The United States announced on yesterday that it has reduced the number its embassy personnel in Yemen due to “recent political developments and the changing, unpredictable security situation” in the country.
State Department spokeswoman Jen Psaki said yesterday: “We are taking these steps out of an abundance of caution,” as the situation in Yemen “has become difficult to predict recently”. She did not indicate how many staff members would be recalled.
The statement pointed out that “the embassy did not suspend operations and will continue to operate, albeit with reduced staff”, noting that “the security of our staff is among the highest priorities of the department”.
Psaki pointed out that the US is “continuing to closely monitor developments in Yemen and will calibrate our response as the situation develops”.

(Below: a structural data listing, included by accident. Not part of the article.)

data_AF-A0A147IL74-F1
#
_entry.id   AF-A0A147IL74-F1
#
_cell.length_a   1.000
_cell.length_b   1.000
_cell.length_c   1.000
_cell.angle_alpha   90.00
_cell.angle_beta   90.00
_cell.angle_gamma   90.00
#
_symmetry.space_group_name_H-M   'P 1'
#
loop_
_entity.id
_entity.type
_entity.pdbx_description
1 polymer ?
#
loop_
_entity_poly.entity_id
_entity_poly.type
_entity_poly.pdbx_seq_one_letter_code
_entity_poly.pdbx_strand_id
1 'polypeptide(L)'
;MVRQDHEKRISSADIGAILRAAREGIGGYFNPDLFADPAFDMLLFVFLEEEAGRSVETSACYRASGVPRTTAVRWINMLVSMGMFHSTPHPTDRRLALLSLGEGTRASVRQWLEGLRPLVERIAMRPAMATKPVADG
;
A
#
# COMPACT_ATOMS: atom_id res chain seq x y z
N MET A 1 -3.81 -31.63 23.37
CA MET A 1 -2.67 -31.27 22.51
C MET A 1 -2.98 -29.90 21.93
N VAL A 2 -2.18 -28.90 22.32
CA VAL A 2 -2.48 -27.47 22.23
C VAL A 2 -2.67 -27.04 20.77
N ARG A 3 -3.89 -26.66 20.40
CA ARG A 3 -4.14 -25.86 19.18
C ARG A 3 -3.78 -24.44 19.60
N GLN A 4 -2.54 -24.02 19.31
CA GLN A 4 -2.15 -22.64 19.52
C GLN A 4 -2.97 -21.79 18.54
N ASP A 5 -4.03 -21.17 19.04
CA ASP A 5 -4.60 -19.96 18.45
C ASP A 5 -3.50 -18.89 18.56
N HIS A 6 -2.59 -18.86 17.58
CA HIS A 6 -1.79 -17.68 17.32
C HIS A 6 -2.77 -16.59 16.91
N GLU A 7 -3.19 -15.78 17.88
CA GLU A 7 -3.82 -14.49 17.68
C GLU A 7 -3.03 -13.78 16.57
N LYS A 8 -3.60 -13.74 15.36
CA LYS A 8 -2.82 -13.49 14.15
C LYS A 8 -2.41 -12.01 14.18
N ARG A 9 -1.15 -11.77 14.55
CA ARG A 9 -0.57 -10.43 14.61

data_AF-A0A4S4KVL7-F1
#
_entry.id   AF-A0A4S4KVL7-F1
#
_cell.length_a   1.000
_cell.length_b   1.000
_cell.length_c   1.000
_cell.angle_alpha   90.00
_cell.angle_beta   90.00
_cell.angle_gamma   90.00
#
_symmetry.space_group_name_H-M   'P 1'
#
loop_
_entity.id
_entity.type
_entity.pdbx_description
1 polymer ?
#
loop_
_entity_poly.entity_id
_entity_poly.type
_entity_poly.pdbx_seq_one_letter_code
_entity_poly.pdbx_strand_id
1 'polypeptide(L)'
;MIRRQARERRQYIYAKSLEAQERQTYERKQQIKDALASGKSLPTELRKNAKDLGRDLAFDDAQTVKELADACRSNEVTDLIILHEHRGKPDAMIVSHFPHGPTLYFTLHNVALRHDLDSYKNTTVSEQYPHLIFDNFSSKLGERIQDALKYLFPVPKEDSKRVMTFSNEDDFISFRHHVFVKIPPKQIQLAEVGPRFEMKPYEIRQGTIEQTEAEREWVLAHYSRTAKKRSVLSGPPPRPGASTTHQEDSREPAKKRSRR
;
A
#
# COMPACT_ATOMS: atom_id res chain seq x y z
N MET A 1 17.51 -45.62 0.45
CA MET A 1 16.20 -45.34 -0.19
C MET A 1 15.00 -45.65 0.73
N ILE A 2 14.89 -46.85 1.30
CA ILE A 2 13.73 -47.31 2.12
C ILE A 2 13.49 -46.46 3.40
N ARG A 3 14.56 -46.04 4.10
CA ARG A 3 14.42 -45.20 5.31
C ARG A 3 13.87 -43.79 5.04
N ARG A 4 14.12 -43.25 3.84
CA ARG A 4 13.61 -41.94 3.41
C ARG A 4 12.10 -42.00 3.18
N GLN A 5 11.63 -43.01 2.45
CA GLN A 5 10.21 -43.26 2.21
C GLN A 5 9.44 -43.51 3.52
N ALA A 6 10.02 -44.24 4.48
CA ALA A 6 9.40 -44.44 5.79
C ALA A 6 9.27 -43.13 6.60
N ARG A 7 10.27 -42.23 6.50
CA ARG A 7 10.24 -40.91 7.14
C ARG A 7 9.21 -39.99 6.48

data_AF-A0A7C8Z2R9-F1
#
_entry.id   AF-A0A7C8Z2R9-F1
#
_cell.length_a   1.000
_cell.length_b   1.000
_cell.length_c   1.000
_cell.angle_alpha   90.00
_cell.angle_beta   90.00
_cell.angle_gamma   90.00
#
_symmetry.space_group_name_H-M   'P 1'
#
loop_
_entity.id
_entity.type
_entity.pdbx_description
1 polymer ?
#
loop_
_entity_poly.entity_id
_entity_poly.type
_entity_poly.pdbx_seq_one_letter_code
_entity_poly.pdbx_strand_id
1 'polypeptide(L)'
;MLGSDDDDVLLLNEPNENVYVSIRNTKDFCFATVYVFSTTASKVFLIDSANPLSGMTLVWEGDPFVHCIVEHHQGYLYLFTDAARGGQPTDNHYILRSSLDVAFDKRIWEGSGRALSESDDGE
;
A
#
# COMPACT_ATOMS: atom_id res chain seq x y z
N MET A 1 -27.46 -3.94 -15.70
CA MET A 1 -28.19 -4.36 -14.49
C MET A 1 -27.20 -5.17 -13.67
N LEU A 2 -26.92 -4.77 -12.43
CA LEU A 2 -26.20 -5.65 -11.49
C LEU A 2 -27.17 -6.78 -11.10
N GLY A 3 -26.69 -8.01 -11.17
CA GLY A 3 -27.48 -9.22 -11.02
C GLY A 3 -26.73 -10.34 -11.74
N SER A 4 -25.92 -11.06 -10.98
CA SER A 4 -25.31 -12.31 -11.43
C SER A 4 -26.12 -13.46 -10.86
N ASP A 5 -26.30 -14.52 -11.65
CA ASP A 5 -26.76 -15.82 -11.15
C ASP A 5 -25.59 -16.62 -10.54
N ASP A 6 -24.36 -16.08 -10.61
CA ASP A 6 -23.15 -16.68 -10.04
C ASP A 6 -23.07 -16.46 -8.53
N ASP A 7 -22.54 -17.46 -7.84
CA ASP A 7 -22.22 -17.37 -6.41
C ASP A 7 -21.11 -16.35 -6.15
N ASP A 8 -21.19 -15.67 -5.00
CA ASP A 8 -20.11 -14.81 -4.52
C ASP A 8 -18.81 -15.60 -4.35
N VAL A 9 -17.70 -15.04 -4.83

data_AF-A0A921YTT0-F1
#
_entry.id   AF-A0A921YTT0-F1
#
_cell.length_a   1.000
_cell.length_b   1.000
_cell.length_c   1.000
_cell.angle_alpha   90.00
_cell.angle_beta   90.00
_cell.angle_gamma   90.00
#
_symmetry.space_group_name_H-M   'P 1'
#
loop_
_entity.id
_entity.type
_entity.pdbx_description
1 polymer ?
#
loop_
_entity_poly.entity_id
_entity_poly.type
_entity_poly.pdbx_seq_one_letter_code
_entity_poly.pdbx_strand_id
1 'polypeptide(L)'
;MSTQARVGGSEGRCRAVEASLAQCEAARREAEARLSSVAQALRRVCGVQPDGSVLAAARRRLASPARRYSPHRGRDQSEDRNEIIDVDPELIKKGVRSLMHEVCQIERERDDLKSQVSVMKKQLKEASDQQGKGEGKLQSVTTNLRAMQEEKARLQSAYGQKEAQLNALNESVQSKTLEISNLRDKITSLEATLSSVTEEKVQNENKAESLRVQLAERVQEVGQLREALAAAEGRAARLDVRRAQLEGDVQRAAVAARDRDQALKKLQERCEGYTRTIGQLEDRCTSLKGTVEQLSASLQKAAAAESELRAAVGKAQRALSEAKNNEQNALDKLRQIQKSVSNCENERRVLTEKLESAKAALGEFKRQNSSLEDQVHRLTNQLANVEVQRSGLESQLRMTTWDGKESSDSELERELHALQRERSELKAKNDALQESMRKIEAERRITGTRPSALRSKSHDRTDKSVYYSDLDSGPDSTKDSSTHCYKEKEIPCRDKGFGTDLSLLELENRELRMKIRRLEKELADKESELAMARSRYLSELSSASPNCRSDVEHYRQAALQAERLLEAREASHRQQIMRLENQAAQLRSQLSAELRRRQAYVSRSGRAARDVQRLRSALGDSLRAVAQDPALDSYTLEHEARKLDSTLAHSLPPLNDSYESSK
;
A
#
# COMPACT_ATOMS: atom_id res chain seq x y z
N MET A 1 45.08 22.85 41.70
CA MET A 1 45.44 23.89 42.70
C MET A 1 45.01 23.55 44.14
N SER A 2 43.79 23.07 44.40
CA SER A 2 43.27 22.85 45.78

She explained that “consular services have not been affected by this temporary reduction in personnel” urging Americans living in Yemen to “limit nonessential travel within the country, be aware of their surroundings whether in their residences or moving about, and make their own contingency emergency plans.”
Last Sunday, the country’s capital, Sanaa, fell into the hands of the militant group Ansar Allah, known in the media as Houthis. They took control of the most vital institutions in particular, the Council of Ministers, the headquarters of the Ministry of Defence and the radio and television building, following weeks of protesting, the Houthi rebels demanded the resignation of the government and for fuel subsidies to be reinstated.
This was in the same day that Yemeni President signed an agreement to end the unrest in the country in the presence of a United Nations envoy to Yemen, Jamal Benomar, representatives of the Houthis and some political forces in Yemen.